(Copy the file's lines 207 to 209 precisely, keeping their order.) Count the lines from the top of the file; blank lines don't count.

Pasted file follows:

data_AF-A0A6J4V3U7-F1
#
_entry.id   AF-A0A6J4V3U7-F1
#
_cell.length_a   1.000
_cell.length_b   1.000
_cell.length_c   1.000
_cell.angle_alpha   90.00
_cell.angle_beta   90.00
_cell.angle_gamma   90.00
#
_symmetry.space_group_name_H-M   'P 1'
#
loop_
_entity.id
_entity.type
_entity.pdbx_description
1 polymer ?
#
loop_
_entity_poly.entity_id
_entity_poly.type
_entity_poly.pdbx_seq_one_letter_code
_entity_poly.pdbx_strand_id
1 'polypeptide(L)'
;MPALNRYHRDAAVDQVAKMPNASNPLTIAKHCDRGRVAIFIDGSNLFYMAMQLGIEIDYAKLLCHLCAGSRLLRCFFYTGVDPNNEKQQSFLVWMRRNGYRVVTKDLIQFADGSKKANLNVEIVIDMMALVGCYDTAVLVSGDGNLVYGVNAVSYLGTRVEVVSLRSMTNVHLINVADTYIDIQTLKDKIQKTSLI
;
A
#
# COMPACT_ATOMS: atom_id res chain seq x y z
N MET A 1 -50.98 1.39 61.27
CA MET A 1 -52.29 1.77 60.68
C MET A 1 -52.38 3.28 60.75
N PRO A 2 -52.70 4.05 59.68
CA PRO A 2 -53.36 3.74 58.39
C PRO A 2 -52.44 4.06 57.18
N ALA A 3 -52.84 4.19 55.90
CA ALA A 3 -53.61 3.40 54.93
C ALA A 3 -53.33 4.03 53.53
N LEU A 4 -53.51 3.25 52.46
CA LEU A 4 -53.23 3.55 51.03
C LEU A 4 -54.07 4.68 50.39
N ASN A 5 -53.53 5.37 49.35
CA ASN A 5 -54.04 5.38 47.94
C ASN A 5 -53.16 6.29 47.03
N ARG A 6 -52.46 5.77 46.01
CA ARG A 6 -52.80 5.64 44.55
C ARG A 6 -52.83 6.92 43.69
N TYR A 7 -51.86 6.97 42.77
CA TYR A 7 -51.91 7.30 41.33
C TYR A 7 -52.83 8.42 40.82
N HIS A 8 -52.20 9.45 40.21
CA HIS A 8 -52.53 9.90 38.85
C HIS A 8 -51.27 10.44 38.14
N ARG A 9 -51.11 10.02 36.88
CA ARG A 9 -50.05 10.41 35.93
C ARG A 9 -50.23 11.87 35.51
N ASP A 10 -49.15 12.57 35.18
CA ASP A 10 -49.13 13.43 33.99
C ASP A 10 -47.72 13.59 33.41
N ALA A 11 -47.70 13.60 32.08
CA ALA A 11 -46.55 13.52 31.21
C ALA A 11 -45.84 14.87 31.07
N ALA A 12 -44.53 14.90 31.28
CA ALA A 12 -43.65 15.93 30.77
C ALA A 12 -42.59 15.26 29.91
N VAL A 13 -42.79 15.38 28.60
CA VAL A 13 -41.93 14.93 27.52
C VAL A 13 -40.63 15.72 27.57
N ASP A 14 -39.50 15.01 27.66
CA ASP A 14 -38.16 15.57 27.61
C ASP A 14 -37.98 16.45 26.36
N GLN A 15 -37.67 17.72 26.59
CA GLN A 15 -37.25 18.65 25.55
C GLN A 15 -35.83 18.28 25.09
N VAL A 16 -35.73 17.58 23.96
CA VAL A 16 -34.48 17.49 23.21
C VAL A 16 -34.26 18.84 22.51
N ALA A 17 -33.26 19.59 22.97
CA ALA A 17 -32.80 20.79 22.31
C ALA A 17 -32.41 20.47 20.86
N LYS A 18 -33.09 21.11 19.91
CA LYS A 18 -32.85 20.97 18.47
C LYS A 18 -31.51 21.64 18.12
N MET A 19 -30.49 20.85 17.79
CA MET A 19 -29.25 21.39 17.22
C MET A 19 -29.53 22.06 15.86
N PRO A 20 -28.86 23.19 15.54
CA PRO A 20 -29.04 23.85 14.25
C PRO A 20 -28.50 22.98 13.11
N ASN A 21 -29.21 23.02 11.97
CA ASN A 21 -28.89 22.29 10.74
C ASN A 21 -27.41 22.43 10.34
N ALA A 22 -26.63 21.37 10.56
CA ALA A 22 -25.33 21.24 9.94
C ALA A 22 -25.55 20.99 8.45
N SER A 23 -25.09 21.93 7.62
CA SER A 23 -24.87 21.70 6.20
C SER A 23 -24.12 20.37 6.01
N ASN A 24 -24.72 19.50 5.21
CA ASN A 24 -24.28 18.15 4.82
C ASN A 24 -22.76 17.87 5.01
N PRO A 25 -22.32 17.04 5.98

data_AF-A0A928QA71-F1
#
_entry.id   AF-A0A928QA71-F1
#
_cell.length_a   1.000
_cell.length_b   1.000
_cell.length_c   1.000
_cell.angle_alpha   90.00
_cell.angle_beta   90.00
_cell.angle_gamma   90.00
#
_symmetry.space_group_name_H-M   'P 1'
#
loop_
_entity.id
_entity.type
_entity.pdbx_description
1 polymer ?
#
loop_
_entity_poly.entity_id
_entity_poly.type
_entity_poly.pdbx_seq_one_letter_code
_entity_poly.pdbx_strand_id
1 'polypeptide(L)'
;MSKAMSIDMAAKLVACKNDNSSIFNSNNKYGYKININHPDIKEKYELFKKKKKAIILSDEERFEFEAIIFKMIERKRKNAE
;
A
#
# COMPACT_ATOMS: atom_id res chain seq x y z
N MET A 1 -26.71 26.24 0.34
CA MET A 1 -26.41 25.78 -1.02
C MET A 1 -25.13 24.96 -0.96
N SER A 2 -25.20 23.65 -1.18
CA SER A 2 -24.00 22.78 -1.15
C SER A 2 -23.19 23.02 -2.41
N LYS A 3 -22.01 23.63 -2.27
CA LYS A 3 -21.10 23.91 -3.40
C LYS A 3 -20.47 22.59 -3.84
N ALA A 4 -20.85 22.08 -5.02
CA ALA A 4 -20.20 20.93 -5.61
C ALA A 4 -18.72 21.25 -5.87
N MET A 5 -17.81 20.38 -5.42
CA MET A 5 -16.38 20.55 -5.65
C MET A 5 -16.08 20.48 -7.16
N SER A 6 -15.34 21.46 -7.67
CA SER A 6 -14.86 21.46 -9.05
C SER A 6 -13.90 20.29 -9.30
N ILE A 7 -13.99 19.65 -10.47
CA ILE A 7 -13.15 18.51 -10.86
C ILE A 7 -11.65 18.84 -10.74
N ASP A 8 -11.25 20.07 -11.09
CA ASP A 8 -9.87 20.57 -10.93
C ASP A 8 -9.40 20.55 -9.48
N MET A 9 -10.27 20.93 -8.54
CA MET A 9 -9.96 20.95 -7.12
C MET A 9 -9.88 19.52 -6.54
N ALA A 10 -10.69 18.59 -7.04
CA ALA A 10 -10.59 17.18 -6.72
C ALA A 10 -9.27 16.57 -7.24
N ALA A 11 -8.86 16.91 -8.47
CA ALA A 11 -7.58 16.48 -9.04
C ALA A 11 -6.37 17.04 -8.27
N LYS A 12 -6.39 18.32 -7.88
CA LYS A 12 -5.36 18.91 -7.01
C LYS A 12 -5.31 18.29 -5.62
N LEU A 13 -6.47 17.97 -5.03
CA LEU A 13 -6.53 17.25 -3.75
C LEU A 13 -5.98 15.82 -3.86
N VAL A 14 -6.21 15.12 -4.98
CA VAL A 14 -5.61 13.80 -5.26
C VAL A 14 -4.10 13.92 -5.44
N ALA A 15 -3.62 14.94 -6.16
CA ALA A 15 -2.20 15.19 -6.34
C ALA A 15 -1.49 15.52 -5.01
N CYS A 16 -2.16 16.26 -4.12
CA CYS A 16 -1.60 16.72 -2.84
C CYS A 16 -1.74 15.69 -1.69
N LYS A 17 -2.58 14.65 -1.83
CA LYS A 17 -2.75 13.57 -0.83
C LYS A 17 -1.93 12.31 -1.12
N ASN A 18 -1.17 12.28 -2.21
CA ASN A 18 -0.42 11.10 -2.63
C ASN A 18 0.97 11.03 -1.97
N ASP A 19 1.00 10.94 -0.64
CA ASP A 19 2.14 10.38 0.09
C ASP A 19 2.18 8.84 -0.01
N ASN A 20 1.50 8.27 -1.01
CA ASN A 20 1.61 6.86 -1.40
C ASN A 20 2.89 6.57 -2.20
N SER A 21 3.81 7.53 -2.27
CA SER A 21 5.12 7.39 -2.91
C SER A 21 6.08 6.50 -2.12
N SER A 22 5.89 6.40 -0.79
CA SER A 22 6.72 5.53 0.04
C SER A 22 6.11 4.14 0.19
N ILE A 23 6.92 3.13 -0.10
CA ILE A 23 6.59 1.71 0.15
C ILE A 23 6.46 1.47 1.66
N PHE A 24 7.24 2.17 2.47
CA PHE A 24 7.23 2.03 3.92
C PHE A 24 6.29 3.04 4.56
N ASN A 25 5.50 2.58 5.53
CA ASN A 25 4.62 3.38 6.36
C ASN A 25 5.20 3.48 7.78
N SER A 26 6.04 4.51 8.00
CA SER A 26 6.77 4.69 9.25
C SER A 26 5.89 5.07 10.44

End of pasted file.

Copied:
CA ASN A 25 4.62 3.38 6.36
C ASN A 25 5.20 3.48 7.78
N SER A 26 6.04 4.51 8.00